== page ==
First Mayor Sadiq Khan pleads with the Government for more money to fund Transport for London in their financial crisis. But with the Government reluctant to concede without a clear picture on future budgets, now he has turned to threatening the public.

He has announced that he plans to increase his share of council tax by £20 per year to support TfL and phase out the over 60+ Oyster card. This will presumably not affect the over 65 Freedom Pass. Fares on the network are planned to increase by inflation plus one per cent next year which will be an over 5% increase.

In addition he plans to scrap Travelcards making the network paperless – contactless bank, credit cards or Oyster cards can be used instead if you have one. Also tube journeys on the Piccadilly line to Heathrow will be charged at a premium rate.

Comment: As usual the Mayor blames the Government for forcing him to make these changes which is primarily the result of his own financial mismanagement.

But these changes are not unreasonable. If Londoners wish to have their public transport subsidised then it is not unfair to put it on Council Tax rather than introduce new taxes such as the ULEZ. The latter imposes charges on people who may not use public transport. Increasing charges to everyone in London as most will use public transport to some extent is fairer and scrapping the 60+ Oyster Card is not unreasonable. The 60+ card was never justified but was just a bribe to win electoral favour when most people could afford to pay the normal fares.

Increasing fares by inflation and more also makes sense as clearly at present fares paid do not cover the cost of running the TfL network.

But we still do not have a clear picture of how the Mayor is going to make TfL financially sustainable.

Roger Lawson

You can “follow” this blog by entering your email address in the box below.  You will then receive an email alerting you to new posts as they are added.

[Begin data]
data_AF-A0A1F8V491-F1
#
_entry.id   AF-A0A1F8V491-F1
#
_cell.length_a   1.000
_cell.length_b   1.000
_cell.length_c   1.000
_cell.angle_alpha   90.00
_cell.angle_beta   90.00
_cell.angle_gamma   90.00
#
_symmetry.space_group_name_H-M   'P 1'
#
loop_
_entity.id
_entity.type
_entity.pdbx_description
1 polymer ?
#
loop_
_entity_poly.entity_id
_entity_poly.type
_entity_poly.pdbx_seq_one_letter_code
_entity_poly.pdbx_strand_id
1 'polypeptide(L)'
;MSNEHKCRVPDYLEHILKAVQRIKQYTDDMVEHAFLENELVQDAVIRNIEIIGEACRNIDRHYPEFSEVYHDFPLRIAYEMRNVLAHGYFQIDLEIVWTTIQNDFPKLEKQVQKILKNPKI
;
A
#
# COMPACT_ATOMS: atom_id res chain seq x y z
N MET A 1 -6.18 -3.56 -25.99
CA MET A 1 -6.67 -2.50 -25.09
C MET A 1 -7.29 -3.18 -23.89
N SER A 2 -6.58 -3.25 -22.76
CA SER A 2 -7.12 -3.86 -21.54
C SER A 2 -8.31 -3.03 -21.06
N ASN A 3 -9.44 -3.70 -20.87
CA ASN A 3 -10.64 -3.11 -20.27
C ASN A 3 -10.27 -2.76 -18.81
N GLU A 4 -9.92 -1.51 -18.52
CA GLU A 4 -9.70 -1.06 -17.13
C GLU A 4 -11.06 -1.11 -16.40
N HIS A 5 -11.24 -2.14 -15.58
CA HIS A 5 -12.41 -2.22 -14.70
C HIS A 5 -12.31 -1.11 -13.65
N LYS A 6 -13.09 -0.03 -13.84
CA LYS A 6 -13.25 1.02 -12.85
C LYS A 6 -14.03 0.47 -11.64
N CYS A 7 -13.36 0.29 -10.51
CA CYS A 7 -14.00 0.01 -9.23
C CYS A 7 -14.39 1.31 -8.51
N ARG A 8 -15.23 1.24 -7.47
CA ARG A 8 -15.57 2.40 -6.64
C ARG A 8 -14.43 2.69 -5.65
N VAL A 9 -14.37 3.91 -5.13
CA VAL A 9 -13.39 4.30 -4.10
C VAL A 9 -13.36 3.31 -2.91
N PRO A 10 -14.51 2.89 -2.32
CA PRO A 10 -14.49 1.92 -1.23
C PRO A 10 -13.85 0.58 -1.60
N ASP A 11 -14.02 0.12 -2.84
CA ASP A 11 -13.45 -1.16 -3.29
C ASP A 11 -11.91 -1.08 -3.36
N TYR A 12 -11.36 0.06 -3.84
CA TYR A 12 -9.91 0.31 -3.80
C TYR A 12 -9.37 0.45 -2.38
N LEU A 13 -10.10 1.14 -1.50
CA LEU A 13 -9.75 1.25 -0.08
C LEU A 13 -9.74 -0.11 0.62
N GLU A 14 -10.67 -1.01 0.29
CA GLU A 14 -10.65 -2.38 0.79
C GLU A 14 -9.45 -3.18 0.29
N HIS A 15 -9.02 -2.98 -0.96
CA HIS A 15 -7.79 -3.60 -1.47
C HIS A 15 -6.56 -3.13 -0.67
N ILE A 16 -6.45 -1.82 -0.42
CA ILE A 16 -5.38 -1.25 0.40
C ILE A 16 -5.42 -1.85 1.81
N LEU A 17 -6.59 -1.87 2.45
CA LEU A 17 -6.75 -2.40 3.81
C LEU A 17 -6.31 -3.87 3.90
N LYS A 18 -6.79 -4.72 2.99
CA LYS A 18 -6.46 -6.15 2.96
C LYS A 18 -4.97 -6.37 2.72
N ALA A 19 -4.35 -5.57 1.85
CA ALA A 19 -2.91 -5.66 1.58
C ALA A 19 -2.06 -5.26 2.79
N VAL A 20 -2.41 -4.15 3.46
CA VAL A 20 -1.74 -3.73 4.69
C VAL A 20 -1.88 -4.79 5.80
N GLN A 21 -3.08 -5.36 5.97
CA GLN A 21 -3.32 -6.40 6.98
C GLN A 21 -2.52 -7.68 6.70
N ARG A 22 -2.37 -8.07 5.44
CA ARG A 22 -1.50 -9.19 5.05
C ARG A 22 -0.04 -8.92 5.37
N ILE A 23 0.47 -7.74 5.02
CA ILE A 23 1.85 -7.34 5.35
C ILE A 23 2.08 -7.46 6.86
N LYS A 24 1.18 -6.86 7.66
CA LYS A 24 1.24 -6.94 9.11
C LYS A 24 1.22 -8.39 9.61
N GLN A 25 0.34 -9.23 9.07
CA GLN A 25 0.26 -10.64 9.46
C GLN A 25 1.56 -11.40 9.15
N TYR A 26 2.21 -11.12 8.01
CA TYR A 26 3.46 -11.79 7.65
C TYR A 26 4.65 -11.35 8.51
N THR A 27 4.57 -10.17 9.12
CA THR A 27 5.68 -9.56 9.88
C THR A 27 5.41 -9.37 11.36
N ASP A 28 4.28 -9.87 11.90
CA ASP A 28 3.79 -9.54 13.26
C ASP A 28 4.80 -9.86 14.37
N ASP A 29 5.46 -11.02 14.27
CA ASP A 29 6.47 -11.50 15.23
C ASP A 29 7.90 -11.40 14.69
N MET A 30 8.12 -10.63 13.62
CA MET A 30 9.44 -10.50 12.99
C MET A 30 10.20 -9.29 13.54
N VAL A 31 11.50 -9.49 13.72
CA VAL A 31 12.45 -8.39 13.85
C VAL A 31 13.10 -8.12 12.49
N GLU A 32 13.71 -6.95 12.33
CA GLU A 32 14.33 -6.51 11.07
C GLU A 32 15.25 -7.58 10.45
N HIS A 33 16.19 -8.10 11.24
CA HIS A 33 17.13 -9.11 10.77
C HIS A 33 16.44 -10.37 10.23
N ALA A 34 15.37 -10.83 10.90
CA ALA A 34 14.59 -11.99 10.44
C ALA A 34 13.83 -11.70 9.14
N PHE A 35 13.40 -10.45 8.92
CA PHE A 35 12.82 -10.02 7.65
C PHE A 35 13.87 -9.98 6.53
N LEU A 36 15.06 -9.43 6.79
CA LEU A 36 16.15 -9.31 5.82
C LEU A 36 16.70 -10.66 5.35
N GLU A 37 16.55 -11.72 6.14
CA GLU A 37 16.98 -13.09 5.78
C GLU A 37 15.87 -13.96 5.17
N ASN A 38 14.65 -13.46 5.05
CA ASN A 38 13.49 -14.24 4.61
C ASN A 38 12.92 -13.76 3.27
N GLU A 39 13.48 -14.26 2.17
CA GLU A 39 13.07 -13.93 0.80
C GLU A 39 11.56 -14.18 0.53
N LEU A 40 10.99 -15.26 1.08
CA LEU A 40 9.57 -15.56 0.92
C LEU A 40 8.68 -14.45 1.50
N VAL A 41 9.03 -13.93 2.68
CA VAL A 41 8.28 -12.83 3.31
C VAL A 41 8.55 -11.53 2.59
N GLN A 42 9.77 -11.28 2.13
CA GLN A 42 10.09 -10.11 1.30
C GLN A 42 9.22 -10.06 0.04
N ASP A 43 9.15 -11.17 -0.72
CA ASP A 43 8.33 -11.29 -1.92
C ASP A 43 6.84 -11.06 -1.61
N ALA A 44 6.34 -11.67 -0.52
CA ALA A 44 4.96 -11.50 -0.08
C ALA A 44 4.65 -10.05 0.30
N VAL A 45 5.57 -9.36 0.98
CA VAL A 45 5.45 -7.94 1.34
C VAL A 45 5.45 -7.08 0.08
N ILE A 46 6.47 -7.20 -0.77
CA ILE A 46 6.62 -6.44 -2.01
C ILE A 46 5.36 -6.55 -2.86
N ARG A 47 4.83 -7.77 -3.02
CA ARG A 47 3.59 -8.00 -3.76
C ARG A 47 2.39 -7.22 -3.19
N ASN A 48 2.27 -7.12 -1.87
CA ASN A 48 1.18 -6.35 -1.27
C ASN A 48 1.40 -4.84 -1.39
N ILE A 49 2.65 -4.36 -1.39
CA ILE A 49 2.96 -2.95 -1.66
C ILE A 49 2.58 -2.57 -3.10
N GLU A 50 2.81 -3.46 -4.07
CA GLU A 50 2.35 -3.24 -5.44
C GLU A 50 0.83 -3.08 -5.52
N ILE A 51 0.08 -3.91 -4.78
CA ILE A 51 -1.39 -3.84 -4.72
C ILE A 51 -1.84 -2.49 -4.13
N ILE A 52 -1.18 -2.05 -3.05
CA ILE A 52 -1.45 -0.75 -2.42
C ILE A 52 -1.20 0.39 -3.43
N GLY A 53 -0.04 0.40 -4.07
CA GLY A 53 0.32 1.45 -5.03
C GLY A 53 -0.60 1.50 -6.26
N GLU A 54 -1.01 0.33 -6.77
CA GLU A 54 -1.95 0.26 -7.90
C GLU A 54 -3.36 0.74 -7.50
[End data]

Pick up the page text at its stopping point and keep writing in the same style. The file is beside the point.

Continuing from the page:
How to Reform London’s Transport

Following on from my previous blog post about the financial crisis faced by Transport for London (TfL) and the Mayor (see link below) I have given some thought to how the problems might be resolved.

The solution from Sadiq Khan and London’s Transport Commissioner is to ask the Government for more money. Not just some millions of pounds in immediate bail-outs but billions in the next few years.  There is no doubting the dire financial situation that TfL has got itself into partly because of the Covid epidemic which has reduced income substantially. But it was slow in responding to that and had not been managing its financial resources properly for years.

The big problem is that TfL has been run to pander to its political master whose key focus is to please the population of London so they can get re-elected when the time comes. But TfL is not just a useful transport service to serve the growing population of London but is in essence a business. It should be run like a business and if it is not it will continue to rack up losses and need repeated bail-outs.

The rot set in when the Mayor of London was given responsibility for TfL (and he chairs the Board of TfL), particularly when TfL took over responsibility for all underground, bus and main roads in the capital. From Ken Livingstone onwards, decisions have been made to please the electorate rather than ensure that TfL ran on a commercial basis. Ken expanded the bus network enormously which resulted in subsidies of over £1billion per year. Buses ran more frequently on routes that were often under-used but only now is the network being reduced.

Concessionary fares such as the Freedom Pass were expanded – again a very popular policy but one which imposed costs on the transport operators even if local councils covered some of the costs.

Ken installed a Congestion Charge system (in essence a tax) while promising it would solve traffic congestion which it never did and now we have the ULEZ tax which it was claimed would solve London’s air pollution problems, but which it has not – see Reference 2.

Sadiq Khan froze public transport fares for 5 years until March 2021. This no doubt helped him to get elected. But this was a political decision not a sensible financial one. He gambled on revenues from Crossrail filling the budget gap that was created but that project was over budget and severely delayed. When the Covid epidemic hit there was no margin of safety left to absorb the reduction in income that comes from bus and tube fares.

Instead of cutting services to meet the reduced demand level and hence save costs, services were maintained at a high level for political reasons and to avoid conflicts with trade unions. That’s not how any commercial business would have tackled the problem.